Guthrie with the Kansas City Royals
April 8, 1979 |
|August 28, 2004, for the Cleveland Indians|
(through 2015 season)
|Earned run average||4.37|
|Career highlights and awards|
Jeremy Shane Guthrie (born April 8, 1979) is an American professional baseball pitcher who is a free agent. He has played in Major League Baseball (MLB) for the Cleveland Indians, Baltimore Orioles, Colorado Rockies and Kansas City Royals.
- 1 Early life and education
- 2 Baseball career
- 3 Personal life
- 4 References
- 5 External links
Early life and education
Guthrie was born in Roseburg, Oregon and grew up in Ashland, Oregon. As a youth, he attained the rank of Eagle Scout in the Boy Scouts of America. Guthrie attended Ashland High School, where he excelled in basketball, football, baseball, as well as the classroom, where he was class valedictorian. After high school, he attended Brigham Young University before transferring to Stanford University, where he was a starting pitcher on their baseball team.
Guthrie was the ace of the Stanford University staff and formed a battery with Ryan Garko. He pitched in the regionals that season against MAAC champion Marist College in the first game and won 5–3. His team made it all the way to the World Series final in Omaha, but lost 12–1 in the Championship to the Miami Hurricanes.
Guthrie was the first-round selection (22nd overall) of the Cleveland Indians in the 2002 Major League Baseball Draft. He signed with the Indians on October 3, 2002. His four-year, $4 million contract included a $3 million signing bonus.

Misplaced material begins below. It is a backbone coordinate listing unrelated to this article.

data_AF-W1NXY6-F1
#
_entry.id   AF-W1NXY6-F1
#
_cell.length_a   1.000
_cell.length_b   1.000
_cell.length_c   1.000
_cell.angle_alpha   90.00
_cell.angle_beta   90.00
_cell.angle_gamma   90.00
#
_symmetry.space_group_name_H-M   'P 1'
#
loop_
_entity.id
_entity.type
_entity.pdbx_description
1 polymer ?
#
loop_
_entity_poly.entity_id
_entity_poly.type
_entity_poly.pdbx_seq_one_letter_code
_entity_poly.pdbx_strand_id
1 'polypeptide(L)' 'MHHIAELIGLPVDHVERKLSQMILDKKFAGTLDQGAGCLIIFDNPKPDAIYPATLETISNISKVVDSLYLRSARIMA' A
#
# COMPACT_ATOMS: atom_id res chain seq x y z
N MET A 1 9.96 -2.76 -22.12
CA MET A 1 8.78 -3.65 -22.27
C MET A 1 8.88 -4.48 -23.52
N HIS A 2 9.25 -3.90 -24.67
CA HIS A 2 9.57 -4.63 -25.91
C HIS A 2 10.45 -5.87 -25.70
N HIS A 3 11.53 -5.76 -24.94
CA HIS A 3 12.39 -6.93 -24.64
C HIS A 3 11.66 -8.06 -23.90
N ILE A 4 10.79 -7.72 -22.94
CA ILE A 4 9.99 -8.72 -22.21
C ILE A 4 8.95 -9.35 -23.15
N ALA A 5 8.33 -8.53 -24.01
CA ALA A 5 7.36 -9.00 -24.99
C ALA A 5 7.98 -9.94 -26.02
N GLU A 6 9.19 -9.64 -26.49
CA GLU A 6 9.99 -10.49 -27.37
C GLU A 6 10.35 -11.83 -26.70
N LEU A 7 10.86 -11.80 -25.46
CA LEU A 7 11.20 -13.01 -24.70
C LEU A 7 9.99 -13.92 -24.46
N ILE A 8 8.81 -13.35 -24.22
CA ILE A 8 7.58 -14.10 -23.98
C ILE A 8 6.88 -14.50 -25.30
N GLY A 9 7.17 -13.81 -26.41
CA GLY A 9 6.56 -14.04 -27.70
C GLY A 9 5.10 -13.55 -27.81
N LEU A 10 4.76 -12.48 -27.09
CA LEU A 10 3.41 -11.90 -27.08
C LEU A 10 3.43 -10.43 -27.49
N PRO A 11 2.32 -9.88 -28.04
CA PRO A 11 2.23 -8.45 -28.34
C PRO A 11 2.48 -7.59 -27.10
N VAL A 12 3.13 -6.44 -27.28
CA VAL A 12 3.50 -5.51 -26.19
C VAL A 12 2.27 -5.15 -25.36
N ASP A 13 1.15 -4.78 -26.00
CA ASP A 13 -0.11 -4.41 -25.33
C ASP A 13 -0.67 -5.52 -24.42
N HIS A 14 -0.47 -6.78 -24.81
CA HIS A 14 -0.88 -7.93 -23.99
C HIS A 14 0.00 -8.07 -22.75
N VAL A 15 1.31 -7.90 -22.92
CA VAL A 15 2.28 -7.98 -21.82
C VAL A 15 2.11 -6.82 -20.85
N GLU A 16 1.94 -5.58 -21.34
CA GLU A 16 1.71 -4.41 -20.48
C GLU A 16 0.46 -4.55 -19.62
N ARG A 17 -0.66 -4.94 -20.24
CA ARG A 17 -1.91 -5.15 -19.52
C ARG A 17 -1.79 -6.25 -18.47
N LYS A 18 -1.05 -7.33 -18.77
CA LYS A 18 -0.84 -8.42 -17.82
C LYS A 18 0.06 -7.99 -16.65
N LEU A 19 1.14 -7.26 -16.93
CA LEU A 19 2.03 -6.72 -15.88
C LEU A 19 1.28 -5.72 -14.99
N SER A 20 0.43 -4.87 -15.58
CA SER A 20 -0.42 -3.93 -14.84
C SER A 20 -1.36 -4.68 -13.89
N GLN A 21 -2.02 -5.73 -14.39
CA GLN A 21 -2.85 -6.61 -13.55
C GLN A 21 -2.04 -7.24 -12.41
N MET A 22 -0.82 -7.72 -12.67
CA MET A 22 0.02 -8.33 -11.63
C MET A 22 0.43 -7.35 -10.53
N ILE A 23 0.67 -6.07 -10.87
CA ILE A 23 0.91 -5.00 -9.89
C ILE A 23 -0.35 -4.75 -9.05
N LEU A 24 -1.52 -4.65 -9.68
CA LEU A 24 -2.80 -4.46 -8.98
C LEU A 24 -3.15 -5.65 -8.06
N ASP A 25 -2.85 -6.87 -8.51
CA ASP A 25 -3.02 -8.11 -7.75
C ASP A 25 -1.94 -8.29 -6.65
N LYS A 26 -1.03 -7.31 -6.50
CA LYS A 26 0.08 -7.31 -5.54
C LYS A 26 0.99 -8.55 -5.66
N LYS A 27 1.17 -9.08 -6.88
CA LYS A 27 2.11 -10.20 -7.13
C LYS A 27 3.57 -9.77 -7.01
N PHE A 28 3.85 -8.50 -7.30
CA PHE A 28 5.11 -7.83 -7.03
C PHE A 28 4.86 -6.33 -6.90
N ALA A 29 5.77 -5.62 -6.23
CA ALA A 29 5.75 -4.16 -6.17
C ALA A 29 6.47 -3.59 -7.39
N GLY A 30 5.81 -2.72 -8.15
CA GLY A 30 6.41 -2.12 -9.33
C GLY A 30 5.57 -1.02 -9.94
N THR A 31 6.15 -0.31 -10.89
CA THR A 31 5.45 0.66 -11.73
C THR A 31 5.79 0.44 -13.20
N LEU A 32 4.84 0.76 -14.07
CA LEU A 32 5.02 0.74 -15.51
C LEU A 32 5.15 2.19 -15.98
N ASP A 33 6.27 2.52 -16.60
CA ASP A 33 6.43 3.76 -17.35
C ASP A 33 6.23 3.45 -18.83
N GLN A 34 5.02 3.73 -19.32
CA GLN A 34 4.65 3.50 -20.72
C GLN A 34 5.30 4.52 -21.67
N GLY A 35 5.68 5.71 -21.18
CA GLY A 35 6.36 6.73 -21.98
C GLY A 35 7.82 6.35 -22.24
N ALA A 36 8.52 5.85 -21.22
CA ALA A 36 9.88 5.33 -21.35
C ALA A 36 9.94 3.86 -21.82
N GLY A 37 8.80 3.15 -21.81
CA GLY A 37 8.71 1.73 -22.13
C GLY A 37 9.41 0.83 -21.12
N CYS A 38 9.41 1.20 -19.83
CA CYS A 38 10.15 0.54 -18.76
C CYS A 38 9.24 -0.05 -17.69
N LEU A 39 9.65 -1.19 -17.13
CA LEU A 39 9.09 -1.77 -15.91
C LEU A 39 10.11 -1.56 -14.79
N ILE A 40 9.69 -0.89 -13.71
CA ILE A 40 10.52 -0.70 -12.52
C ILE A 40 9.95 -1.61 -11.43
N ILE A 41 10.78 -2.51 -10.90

Guthrie made his major league debut in 2004, appearing in 6 games for the Indians.
Guthrie spent the majority of the season in the minors. He appeared in the majors for just 1 game, pitching 6 innings while allowing 4 runs.
Guthrie spent most of 2006 season with the Triple-A Buffalo Bisons, but was twice called up to the majors to join the Cleveland Indians as a relief pitcher. He wore jersey number 57 for both the Bisons and the Indians. After being removed from the 40-man roster following the signing of Trot Nixon and with no remaining Minor League options, he was designated for assignment on January 19, 2007.
Guthrie was claimed off waivers by the Baltimore Orioles on January 29, 2007. Upon joining the team, he requested and was granted permission to wear uniform number 46 from then-executive vice president of baseball operations Mike Flanagan, who had worn it during his playing career with the ballclub. After starting the year in the Baltimore Orioles' bullpen and then moving into the starting rotation, Guthrie enjoyed a breakout year in 2007, becoming one of the best and most consistent pitchers in the American League. Through June 21 that year, he ranked 2nd in ERA and allowed more than two earned runs in just 1 out of 10 starts. He was also first in the AL in WHIP.
Through the end of July 2007, Guthrie had a 7-3 record in 17 starts to go with a sparkling 2.89 ERA and a 1.027 WHIP (second only to two-time Cy Young award winner Johan Santana), albeit in only 124.7 innings of work. Guthrie's rise to unexpected success in the first half of the season led to consideration for the American League's Rookie of the Year Award.
In August 2008, Guthrie recorded his first career complete game, defeating the Seattle Mariners 3–1. Throughout the 2008 season, Guthrie emerged as the staff ace of the Baltimore Orioles. Guthrie finished the season with a 3.63 ERA, going 10-13 for the O's.
Guthrie pitched for Team USA in the 2009 World Baseball Classic. Guthrie pitched on Opening Day for the Orioles against the New York Yankees before a record Opening Day crowd at Camden Yards. Guthrie pitched six innings and gave up three runs. The 2009 season wasn't Guthrie's best, as his ERA ballooned to 5.04 and he led the league in losses with 17.
Guthrie rebounded in 2010, winning a career-high 11 games despite losing 14 and lowering his ERA to 3.83 in 32 starts.
Despite topping over 200 innings for the third straight season, Guthrie led the league in losses with 17.